Job Searching is a Skillset

The problem with the job search is that we think of it as something we do and that's it.  We think of it as an effort, and an effort we hopefully get done with.  We're wrong.

A job search is applying a skill – the skill of doing an effective job searching.

Finding a job is a skill in itself, as sure as using a programming language to make a program is a skill, as sure as creating a spreadsheet to track finances as a skill.  Just like any skill some people are good at it and some bad, some are good at one part and not the other, but it is still a skill, and a unique skill, often separate from other skills we have.

Realizing the job search is a skill unto itself is a key to success in your career.  Realizing your job search is not something you do, but something you learn to do and can develop and improve is what will let you make your job searches successful.  When you realize something is dependent on a skill, you can improve it.

When you improve that skill, then you get better results.

If you want better job search results, you need to treat the job search as a skill, and improve it:

  1. Read books, blogs, and articles on improving your job search.  Even when happily employed it pays to keep up on the job search skills (and all the skills that it, in turn, is composed of).  This helps you improve your abilities in the job search – and gets you thinking of improving it as a specific skill.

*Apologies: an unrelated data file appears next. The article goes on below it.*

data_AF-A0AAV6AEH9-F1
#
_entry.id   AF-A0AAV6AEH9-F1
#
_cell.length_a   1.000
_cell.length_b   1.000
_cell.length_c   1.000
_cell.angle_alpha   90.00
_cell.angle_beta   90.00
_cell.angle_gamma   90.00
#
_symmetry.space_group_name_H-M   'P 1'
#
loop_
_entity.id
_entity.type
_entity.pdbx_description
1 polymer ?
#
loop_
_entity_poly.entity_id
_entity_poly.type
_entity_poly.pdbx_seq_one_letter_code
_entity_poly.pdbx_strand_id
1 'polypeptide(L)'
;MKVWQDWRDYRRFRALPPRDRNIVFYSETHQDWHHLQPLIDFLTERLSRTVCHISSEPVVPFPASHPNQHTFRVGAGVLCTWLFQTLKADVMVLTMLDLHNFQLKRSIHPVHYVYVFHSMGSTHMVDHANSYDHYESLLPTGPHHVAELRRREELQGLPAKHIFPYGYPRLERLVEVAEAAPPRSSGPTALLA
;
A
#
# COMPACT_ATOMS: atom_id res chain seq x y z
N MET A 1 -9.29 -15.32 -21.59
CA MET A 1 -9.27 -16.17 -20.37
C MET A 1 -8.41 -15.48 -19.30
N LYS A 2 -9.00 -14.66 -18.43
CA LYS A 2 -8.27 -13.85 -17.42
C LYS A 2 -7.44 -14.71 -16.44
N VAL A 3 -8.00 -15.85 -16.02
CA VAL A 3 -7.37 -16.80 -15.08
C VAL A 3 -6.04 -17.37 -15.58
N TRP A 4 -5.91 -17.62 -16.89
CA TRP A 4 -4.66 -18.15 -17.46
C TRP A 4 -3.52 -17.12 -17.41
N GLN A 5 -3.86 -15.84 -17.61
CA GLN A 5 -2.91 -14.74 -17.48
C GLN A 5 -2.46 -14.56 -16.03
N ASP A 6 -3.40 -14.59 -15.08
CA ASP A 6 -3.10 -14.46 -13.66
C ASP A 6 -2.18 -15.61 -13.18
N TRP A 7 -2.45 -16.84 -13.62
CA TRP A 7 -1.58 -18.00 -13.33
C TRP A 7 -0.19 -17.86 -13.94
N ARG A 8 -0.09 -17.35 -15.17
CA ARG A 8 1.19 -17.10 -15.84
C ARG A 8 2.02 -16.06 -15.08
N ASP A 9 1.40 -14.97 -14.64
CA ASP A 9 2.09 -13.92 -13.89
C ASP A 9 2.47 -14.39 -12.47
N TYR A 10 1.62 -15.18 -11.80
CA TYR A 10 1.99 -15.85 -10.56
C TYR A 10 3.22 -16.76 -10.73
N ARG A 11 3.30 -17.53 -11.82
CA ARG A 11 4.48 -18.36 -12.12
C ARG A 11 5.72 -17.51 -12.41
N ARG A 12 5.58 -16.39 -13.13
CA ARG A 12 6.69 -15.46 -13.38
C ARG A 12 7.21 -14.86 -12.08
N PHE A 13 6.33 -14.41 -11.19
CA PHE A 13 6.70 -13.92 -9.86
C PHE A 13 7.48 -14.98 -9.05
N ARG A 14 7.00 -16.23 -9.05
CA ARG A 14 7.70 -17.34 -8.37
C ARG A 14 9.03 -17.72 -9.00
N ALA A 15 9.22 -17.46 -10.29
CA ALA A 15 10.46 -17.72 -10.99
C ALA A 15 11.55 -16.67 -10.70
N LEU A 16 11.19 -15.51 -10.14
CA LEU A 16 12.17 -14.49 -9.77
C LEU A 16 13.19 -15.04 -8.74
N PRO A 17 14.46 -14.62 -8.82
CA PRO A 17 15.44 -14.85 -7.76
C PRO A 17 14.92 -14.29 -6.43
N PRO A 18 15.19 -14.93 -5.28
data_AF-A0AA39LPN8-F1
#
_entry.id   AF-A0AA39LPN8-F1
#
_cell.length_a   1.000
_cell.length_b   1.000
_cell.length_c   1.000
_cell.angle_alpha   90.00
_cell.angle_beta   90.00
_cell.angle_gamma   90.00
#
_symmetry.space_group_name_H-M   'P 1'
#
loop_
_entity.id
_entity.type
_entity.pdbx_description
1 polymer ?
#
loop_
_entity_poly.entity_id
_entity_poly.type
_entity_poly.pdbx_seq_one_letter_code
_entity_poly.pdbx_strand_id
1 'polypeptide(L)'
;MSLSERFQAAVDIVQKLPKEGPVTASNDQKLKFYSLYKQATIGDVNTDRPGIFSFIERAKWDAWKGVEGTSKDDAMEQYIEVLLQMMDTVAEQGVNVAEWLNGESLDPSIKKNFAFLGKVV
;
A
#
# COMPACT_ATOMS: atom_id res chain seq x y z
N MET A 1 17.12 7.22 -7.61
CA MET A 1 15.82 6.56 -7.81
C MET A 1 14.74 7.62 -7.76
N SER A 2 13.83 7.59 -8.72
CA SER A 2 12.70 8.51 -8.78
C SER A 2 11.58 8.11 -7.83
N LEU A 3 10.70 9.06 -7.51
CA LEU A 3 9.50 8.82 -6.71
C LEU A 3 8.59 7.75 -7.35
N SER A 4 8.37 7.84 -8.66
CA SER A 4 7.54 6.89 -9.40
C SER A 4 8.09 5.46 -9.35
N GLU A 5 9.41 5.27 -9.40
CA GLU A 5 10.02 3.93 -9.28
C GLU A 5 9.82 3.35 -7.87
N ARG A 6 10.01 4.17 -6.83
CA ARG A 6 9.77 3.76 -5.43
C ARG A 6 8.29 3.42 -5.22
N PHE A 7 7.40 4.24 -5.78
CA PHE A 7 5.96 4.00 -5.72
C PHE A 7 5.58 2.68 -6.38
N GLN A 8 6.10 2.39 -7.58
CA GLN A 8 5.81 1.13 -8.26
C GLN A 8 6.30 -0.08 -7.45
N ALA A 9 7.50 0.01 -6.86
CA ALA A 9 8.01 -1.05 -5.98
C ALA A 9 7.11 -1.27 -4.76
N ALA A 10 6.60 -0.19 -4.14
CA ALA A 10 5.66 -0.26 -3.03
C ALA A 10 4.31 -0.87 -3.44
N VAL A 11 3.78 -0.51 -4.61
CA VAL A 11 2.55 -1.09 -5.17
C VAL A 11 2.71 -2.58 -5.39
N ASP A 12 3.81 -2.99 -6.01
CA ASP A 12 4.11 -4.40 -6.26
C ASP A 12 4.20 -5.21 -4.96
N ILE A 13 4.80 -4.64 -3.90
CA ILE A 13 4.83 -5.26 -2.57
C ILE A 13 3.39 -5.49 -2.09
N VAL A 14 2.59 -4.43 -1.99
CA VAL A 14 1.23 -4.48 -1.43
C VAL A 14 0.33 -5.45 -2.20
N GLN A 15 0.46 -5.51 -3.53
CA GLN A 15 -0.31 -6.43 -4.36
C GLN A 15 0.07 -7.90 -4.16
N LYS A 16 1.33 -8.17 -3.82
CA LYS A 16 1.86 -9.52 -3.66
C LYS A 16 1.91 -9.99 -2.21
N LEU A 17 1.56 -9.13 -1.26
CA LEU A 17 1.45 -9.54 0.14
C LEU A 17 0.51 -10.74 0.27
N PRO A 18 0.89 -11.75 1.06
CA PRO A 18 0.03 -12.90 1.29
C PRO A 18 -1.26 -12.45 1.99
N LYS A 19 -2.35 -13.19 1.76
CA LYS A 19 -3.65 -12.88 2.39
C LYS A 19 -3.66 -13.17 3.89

2. If you're searching for a job, track results.  When do you get more results or less?  Better results and worse?  What seems to improve your results?  Learning from your successes and failures helps you improve your job search skill.
  3. During your job searches, ask your recruiters, the people you talk to, even those who declined to hire you, what you can do better.  Actively seek improvement by getting feedback.
  4. Talk to people about their job search techniques, find their secrets, and get advice.  Learn actively.
  5. Know when to stop doing your job search; when to take a break, when to slow down, or when to actually rest on your laurels.  This rest lets you "come down" from using the job search skill and sets important boundaries – so you don't confuse the job search skill with others (confusing networking is one of the most common occurrences in my book).

To make the switch to seeing your job search as a unique skill, treat it as one.  Improve it, cultivate it, use it – and learn when to step away from it.  You'll find you're better at the job search, and you'll have the perspective you need on improving it – because you see it a skill something that can be cultivated and improved.

– Steven Savage